Tuesday, 16 July 2019

Blended Memory

Tim Fawns is a Fellow in Clinical Education and Deputy Programme Director of the MSc Clinical Education at Edinburgh Medical School at the University of Edinburgh. He received his PhD from the University of Edinburgh in 2017, and his primary research interests are memory, digital technology and education. In this post, he discusses themes from his recent paper "Blended memory: A framework for understanding distributed autobiographical remembering with photography" in Memory Studies.

Recording live music on mobile phones, posting photos of breakfast on social media, taking the same photo six times when a friend with a better camera has already taken it... these are some of the many idiosyncratic photography practices I have encountered during my research into memory and photography, alongside traditional examples of family and holiday pictures.

From reading literature from cultural studies, media studies, and human computer interaction, followed by lots of informal conversations and, finally, a series of research interviews, it became clear to me that photography is an eccentric enterprise, and its relationship to how we remember our lives is highly complex. My research paints a very different picture from many cognitive psychology studies, where participants are, for example, shown a photograph (often, one that they have not taken themselves) and asked to recall something specific (e.g. a story or an event or a detail).

Controlled studies are often aimed at understanding the underlying mechanisms of memory or the effects of an intervention (e.g. using a photograph as a cue) on recall or recognition. I came to realise that photographs are not simply cues, and remembering with photography is not just looking at a photograph and then remembering. Practices of photography (taking photos, looking at them, organising them, sharing them with others) and the meanings we associate with our pictures are an integral part of the process of remembering.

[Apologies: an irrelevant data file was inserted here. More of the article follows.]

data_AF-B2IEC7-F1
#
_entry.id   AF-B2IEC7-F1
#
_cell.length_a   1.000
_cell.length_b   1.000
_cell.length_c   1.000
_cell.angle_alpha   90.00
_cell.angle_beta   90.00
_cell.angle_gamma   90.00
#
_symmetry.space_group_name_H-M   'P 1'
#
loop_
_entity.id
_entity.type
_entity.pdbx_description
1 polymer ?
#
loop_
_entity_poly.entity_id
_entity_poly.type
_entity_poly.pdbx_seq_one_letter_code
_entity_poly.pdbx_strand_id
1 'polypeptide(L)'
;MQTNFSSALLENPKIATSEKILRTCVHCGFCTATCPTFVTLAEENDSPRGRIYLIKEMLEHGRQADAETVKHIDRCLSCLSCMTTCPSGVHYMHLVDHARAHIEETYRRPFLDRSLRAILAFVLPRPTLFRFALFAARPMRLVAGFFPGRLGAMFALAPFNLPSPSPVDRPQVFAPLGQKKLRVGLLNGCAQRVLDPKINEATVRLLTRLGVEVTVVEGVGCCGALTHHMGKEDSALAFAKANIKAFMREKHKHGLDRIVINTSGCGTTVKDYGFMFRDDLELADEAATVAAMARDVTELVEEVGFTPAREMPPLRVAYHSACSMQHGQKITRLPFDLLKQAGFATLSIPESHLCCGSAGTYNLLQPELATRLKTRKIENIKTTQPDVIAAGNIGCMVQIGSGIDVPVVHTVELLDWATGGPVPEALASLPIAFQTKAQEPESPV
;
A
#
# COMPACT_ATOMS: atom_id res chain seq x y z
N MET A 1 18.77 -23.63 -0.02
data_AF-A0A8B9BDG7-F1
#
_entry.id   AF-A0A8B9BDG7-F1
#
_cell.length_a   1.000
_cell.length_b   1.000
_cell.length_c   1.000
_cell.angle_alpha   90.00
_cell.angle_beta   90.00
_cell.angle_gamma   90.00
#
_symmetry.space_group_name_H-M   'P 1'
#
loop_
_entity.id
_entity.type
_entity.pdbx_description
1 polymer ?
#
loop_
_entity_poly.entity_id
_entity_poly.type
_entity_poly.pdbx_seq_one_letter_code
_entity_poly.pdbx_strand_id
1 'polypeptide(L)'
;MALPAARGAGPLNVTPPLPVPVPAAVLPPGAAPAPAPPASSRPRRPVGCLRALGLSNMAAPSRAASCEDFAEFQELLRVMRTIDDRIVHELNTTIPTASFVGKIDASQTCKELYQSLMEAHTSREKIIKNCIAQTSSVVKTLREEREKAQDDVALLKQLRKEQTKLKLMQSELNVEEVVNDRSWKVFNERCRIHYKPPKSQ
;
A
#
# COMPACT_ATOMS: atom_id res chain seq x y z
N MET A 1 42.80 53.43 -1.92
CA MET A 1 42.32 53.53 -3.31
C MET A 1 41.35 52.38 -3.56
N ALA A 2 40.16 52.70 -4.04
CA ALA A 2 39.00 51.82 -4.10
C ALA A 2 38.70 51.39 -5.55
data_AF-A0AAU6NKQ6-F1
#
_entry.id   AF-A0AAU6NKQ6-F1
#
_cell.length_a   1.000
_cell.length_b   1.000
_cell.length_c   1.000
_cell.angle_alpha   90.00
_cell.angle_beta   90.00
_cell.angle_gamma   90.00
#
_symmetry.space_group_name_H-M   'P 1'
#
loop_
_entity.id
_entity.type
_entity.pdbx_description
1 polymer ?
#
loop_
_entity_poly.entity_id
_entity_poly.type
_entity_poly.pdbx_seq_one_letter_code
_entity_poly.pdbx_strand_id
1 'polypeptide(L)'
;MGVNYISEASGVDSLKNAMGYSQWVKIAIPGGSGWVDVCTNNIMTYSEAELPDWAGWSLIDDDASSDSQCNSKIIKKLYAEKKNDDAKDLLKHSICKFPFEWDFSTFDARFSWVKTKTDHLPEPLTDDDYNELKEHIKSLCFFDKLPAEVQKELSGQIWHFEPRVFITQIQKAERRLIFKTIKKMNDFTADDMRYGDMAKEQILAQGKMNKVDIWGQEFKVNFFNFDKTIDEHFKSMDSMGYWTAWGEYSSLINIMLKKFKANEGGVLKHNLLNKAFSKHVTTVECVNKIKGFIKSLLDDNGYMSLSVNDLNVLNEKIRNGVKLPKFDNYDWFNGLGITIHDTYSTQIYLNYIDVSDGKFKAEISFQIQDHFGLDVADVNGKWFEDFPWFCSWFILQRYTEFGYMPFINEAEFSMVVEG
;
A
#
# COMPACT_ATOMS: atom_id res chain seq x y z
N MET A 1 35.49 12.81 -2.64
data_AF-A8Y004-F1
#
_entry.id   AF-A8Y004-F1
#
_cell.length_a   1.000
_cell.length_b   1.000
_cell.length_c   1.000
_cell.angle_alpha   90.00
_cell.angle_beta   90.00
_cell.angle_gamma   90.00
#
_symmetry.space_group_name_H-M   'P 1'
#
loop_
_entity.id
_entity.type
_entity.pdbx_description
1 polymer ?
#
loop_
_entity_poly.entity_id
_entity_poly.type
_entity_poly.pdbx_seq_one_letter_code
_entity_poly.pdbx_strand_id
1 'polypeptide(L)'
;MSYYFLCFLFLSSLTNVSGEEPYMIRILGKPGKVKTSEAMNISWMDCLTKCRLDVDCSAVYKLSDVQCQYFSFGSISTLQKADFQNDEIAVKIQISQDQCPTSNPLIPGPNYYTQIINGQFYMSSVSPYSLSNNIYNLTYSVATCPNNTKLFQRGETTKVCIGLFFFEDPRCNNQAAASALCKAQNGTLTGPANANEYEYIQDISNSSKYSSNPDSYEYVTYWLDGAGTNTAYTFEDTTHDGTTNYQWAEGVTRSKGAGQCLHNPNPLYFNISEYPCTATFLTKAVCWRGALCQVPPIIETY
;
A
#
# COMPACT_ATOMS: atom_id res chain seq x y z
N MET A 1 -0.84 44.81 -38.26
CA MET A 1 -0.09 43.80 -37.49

For one thing, we may take many more photographs than we engage with afterwards, yet taking a photograph can change both the situation being photographed (for example, where those in the picture are aware of the camera) and the way we pay attention to it. When we do look at photographs, it matters whether we took them ourselves, and what else we have done with them – whether we’ve talked about them, put them in albums, or sent them to people. Our photography practices are, themselves, experiences that can be remembered and associated with the event that was photographed, and they can change the way we feel about the past.

In my paper "Blended memory: A framework for understanding distributed autobiographical remembering with photography", I drew on a distributed cognition perspective to consider how photography practices are implicated in what is remembered and how it is remembered. I analysed 21 interviews in which participants discussed their own photographs, producing narrative accounts that combined episodic and semantic memory with inferences and associations that were based not only on the content of the photos, but also on the experiences of related practices. Their understandings of these narratives were influenced by particular beliefs and preferences. 

For example, having taken a photograph could be seen as disruptive to the experience being remembered, depending on whether photography was seen as a legitimate part of experience. Given the highly contextual and idiosyncratic ways in which memory and photography are mutually shaping, I call for more ecologically valid studies, in which everyday photography practices are observed, to complement and extend the results produced by controlled studies into memory and photography. 

This opens up a vast area for psychological and interdisciplinary research. For example, might the apparent shift towards communication through images in social media have interesting implications for how extended families remember both shared and vicarious experiences? How do digital photo frames shape the conversation as they rotate through large collections of personal photographs? These are questions that should be of interest, not only to those working in Human Computer Interaction or Media Studies, but to psychologists and philosophers as well.

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